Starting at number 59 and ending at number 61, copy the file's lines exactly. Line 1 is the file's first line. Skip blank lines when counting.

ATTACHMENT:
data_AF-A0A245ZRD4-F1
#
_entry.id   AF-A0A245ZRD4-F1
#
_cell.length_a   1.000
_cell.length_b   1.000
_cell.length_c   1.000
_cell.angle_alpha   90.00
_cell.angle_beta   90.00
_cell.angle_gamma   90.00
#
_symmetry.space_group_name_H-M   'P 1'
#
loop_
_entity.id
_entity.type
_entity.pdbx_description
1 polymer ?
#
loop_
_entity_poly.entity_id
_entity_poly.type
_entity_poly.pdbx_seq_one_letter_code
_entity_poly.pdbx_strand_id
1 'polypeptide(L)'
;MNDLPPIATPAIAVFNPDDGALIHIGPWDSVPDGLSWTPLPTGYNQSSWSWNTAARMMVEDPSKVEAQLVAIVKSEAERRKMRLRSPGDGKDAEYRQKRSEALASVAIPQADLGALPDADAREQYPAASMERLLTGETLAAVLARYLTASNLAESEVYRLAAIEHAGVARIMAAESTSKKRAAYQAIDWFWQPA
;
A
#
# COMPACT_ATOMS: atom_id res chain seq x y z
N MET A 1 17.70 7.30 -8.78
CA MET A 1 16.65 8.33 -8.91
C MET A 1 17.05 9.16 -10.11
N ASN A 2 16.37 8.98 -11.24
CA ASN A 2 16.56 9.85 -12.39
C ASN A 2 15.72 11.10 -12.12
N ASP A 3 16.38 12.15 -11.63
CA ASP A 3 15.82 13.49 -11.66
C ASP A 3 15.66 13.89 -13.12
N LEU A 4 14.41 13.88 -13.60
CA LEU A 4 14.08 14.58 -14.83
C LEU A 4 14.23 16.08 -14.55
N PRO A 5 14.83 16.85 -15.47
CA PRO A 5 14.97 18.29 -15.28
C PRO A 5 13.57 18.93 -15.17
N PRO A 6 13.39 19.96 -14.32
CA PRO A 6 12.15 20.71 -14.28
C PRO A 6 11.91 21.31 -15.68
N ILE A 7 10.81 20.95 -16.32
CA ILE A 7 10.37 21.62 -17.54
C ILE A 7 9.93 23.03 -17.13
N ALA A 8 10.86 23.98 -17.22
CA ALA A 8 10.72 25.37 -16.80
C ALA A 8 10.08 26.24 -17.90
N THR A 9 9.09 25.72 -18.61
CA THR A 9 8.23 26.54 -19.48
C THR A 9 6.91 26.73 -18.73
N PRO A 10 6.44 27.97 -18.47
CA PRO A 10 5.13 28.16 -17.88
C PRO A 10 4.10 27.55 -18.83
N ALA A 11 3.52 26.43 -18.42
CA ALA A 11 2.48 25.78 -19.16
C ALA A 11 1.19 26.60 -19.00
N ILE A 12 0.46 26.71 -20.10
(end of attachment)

CA PRO A 10 5.13 28.16 -17.88
C PRO A 10 4.10 27.55 -18.83
N ALA A 11 3.52 26.43 -18.42